Studies of external trans mitters on other fish species have shown no significant differences in survival or growth between fish with and without transmitters (Ross and McCormick 1981; Herke and Moring 1999). In addition, external transmitters record the movement into differing water temperatures more quickly than internal transmitters (Winter 1996). Concerns against using external transmitters include the increased chance of entanglement and possible interference with swimming behavior and speed (Winter 1996; Mellas and Haynes 1985).

Lake Norman, North Carolina

Currently, there is a popular fishery for blue catfish in Lake Norman, including recreational, commercial, and tournament-sport anglers. However, the movement, home range, and habitat use by blue catfish in Lake Norman are unknown. To improve the overall knowledge of blue catfish ecology within a large reservoir, I utilized radio telemetry to: (1) determine the seasonal movement and home range of blue catfish in Lake Norman; and (2) to determine seasonal habitat use by blue catfish. Due to the well documented methods for expulsion of internal radio transmitters by catfish, I chose to use externally attached radio transmitters for this study and examine overall survival rates for this method.

Methods

Radio-Telemetry
Laboratory Study
During November 2000, I collected sixteen blue catfish (500-900 mm) by hook-and- line sampling techniques. Blue catfish were transported to the Virginia Tech Aquaculture Center in Blacksburg, VA, where they were divided into two groups of eight and placed in separated 540-gallon tanks (6 ft. x 30 in.) with a recirculating tube sump and trickling biofilter. A variety of minnows, sunfish, and shad were used to feed all sixteen blue catfish during the duration of the lab study.
On December 1, 2000, I attached a waterproof hysol-coated dummy radio transmitter (Advanced Telemetry Systems, Isanti, MN) externally to the dorsal musculature of eight lab study blue catfish (four from each tank). Dummy transmitters were 4.3 cm long with two 0.9-mm attachment wires set 60 mm apart, a 1.5-mm x 432cm trailing external antenna, and weighed 26 grams. A 6.4- mm neoprene pad was attached to the attachment side of dummy transmitter to reduce abrasions to the dorsal surface of each blue catfish. I anaesthetized blue catfish using 350 ppm sodium bicarbonate (Booke et al. 1978; Post 1979; Stefan 1992; Prince et al. 1995; Peake 1998) before recording individual length (m, TL) and weight (g).
My procedure for attaching the external radio transmitters to blue catfish was as follows:

  1. I inserted a 16-gauge non-coring-point spinal needle through the dorsal musculature perpendicular to the lateral line and posterior to the dorsal spine. I then passed the forward attachment wire through the needle and removed the needle, leaving only the forward attachment wire running through the dorsal musculature.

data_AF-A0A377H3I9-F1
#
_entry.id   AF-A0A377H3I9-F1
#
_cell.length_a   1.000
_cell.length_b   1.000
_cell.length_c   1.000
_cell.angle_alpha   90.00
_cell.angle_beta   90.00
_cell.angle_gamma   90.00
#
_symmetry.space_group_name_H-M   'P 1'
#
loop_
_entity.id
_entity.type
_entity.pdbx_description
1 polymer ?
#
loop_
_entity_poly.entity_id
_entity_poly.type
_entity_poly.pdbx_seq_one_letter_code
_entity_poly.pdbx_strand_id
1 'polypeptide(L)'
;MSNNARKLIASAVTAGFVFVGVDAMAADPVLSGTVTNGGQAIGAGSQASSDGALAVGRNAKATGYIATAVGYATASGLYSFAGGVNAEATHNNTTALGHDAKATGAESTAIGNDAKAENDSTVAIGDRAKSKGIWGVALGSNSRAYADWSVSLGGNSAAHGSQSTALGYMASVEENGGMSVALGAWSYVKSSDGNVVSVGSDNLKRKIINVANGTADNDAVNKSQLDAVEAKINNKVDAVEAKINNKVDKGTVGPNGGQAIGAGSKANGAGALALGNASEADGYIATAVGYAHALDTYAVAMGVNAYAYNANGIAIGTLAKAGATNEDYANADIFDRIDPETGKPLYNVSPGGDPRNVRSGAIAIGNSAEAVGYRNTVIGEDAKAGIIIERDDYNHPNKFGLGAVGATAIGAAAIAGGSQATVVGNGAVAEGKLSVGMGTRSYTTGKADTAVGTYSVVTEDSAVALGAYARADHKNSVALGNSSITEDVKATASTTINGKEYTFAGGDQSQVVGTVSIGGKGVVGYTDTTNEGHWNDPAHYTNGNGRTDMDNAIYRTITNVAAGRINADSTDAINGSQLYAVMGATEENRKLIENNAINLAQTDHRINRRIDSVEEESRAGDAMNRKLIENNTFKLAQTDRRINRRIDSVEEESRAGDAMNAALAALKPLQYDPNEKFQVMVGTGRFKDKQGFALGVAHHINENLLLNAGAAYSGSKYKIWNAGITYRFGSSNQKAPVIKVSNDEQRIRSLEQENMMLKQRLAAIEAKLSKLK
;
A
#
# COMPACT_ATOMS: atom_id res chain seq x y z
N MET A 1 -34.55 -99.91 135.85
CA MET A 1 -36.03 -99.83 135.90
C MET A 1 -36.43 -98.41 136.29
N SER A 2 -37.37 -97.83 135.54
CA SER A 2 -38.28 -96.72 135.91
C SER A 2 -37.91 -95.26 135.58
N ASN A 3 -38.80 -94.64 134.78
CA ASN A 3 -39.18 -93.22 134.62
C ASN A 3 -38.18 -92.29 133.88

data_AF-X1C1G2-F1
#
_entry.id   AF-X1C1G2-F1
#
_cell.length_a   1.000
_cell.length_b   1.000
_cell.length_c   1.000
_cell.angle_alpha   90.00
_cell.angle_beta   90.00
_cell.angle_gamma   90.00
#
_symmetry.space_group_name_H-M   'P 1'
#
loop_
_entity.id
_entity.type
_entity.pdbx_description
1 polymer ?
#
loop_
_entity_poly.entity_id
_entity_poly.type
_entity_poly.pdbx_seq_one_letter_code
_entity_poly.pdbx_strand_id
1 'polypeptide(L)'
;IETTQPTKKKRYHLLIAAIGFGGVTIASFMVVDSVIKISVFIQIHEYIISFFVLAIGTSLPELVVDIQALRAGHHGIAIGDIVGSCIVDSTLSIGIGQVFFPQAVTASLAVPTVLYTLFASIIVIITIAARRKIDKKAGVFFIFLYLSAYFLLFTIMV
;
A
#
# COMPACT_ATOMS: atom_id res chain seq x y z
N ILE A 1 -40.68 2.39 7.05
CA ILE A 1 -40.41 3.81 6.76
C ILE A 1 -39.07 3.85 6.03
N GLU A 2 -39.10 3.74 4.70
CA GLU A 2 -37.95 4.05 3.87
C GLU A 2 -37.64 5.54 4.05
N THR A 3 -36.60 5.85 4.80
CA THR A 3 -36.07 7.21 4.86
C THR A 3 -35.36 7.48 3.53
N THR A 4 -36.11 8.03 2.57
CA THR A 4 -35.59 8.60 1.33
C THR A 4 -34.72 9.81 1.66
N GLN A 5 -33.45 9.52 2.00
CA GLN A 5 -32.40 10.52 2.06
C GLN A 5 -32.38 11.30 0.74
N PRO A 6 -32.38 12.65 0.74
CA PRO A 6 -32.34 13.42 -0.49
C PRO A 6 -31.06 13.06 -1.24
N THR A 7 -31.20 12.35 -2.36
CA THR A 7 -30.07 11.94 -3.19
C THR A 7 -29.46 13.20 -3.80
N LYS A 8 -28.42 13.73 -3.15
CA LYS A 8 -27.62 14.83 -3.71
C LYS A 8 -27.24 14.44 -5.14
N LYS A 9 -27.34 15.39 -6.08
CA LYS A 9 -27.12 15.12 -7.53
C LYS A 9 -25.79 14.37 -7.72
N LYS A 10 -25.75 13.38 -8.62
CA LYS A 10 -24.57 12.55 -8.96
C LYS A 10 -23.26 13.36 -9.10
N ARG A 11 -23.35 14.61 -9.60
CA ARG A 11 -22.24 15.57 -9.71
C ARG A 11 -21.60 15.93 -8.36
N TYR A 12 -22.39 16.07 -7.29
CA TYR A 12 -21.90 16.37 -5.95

2. I inserted a second needle 60 mm anterior to the original needle insertion and repeated the preceeding step for the rear attachment wire.
  3. I secured each transmitter with two 6.25- mm plastic discs attached to each wire on the opposite side of the body, and placed a 6.4- mm neoprene between the plastic discs and blue catfish body to reduce abrasions.

After completing the transmitter attachment, I placed the blue catfish into a holding tank until recovery from the anesthetic was observed, and then released the blue catfish back into their respective holding tank. The maximum time to complete each individual transmitter attachment, from introducing blue catfish to anesthetic to releasing back into their respective tanks after recovery, was 20 minutes (maximum time to attach each external transmitter was 5 minutes). Blue catfish, with their respective attached dummy transmitters, was observed for four months in water temperatures of 10-16º C, after which time I sacrificed and individually examined fish for dorsal musculature tissue damage due to attachment wire abrasion.

Field Study

During February and March 2001, I collected twenty-nine blue catfish >2000-grams from throughout Lake Norman, using hook and line sampling techniques, to outfit with external radio transmitters.  Each transmitter was identical in dimensions to thedummy transmitters used in the lab test, with the following added features:

  1. Saft AA 3.6 lithium battery
  2. magnetic ON/OFF switch
  3. microprocessor program controlled
  4. duty cycle (2 weeks on and 2 weeks off, repeat)
  5. 4º – 40º C temperature sensor with pulse indicator
  6. 24-hour mortality switch with a duty cycle override.

Introduction
Study Site
Chapter One: The diet and growth of blue catfish in a southeastern reservoir.
Introduction
Methods
Results
Discussion
Chapter :Two Movement and habitat use of blue catfish in Lake Norman, North Carolina.
Introduction
Methods
Results
Discussion
Chapter Three: Genetic analysis of introduced blue catfish populations
Introduction
Study Site
Methods
Results
Discussion
Chapter Four : Management of blue catfish
Literature Cited
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ANALYSIS OF A BLUE CATFISH POPULATION IN A SOUTHEASTERN RESERVOIR: LAKE NORMAN, NORTH CAROLINA